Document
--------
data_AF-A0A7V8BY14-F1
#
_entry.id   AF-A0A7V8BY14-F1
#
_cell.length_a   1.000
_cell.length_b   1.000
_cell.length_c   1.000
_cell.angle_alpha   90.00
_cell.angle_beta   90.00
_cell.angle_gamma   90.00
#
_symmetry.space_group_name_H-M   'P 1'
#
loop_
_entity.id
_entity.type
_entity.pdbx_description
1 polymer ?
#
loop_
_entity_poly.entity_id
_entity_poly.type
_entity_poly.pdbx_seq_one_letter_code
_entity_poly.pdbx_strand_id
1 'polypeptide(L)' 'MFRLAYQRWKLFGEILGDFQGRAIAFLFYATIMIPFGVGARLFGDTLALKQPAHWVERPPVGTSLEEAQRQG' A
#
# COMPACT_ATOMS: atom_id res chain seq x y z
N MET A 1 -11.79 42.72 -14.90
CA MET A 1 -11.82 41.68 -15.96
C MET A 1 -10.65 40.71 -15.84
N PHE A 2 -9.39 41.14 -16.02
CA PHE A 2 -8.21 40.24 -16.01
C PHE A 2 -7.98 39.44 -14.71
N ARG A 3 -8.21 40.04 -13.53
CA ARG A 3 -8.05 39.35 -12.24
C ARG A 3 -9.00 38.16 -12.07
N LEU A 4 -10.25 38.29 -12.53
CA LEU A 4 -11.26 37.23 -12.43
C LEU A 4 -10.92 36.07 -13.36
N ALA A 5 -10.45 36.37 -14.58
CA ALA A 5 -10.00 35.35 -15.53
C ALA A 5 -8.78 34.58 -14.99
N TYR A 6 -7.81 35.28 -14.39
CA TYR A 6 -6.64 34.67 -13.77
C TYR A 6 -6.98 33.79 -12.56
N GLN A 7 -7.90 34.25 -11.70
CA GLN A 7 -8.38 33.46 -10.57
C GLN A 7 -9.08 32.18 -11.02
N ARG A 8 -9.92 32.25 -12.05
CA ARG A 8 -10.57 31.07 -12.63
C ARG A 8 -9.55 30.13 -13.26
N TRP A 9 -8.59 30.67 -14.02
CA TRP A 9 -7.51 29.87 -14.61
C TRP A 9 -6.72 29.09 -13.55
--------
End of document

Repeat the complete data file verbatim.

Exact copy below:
data_AF-A0A7V8BY14-F1
#
_entry.id   AF-A0A7V8BY14-F1
#
_cell.length_a   1.000
_cell.length_b   1.000
_cell.length_c   1.000
_cell.angle_alpha   90.00
_cell.angle_beta   90.00
_cell.angle_gamma   90.00
#
_symmetry.space_group_name_H-M   'P 1'
#
loop_
_entity.id
_entity.type
_entity.pdbx_description
1 polymer ?
#
loop_
_entity_poly.entity_id
_entity_poly.type
_entity_poly.pdbx_seq_one_letter_code
_entity_poly.pdbx_strand_id
1 'polypeptide(L)' 'MFRLAYQRWKLFGEILGDFQGRAIAFLFYATIMIPFGVGARLFGDTLALKQPAHWVERPPVGTSLEEAQRQG' A
#
# COMPACT_ATOMS: atom_id res chain seq x y z
N MET A 1 -11.79 42.72 -14.90
CA MET A 1 -11.82 41.68 -15.96
C MET A 1 -10.65 40.71 -15.84
N PHE A 2 -9.39 41.14 -16.02
CA PHE A 2 -8.21 40.24 -16.01
C PHE A 2 -7.98 39.44 -14.71
N ARG A 3 -8.21 40.04 -13.53
CA ARG A 3 -8.05 39.35 -12.24
C ARG A 3 -9.00 38.16 -12.07
N LEU A 4 -10.25 38.29 -12.53
CA LEU A 4 -11.26 37.23 -12.43
C LEU A 4 -10.92 36.07 -13.36
N ALA A 5 -10.45 36.37 -14.58
CA ALA A 5 -10.00 35.35 -15.53
C ALA A 5 -8.78 34.58 -14.99
N TYR A 6 -7.81 35.28 -14.39
CA TYR A 6 -6.64 34.67 -13.77
C TYR A 6 -6.98 33.79 -12.56
N GLN A 7 -7.90 34.25 -11.70
CA GLN A 7 -8.38 33.46 -10.57
C GLN A 7 -9.08 32.18 -11.02
N ARG A 8 -9.92 32.25 -12.05
CA ARG A 8 -10.57 31.07 -12.63
C ARG A 8 -9.55 30.13 -13.26
N TRP A 9 -8.59 30.67 -14.02
CA TRP A 9 -7.51 29.87 -14.61
C TRP A 9 -6.72 29.09 -13.55